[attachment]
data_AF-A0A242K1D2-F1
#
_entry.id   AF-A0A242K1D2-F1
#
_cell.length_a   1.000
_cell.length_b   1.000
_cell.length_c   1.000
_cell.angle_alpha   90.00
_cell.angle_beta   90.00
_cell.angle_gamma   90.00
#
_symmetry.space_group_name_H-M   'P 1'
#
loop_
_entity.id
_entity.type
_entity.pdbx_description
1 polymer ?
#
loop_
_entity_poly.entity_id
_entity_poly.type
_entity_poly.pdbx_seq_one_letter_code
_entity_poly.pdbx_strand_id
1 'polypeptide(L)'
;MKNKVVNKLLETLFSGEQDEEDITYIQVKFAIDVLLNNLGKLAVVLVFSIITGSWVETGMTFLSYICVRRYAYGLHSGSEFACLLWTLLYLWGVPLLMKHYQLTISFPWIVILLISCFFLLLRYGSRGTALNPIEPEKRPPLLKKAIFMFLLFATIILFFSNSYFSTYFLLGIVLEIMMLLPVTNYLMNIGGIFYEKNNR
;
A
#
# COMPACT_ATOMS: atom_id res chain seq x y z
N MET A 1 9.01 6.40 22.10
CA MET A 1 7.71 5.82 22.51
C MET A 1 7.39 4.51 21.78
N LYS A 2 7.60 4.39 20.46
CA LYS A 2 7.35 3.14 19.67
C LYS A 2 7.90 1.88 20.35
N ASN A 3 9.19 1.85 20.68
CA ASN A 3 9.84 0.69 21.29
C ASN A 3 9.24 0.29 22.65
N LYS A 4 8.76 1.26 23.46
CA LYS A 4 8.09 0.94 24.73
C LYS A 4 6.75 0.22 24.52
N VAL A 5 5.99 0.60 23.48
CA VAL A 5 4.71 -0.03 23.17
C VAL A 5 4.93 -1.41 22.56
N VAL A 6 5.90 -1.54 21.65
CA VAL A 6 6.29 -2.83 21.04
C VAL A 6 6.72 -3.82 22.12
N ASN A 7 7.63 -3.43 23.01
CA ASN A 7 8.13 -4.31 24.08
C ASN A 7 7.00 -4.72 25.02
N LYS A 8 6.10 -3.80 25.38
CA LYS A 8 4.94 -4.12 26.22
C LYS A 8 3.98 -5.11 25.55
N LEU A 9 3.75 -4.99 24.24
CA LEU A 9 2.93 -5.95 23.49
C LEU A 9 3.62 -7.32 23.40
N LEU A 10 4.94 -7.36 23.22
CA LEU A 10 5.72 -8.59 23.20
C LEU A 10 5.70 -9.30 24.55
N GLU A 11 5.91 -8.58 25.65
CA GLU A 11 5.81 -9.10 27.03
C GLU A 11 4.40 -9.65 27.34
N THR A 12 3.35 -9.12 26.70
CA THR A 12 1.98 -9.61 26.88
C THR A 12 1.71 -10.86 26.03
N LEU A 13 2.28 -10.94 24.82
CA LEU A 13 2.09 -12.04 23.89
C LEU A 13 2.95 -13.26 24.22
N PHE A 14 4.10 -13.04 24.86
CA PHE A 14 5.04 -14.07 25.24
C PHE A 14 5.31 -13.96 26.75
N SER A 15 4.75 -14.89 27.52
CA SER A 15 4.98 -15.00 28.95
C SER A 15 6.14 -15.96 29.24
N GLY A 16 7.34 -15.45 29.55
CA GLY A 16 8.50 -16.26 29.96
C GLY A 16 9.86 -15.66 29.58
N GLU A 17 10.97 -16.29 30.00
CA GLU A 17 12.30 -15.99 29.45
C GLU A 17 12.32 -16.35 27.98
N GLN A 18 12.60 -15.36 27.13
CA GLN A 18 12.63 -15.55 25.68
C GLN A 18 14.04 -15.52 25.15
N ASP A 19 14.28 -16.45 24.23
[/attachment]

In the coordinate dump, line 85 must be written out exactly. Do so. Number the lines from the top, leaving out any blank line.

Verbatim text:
N ASP A 19 14.28 -16.45 24.23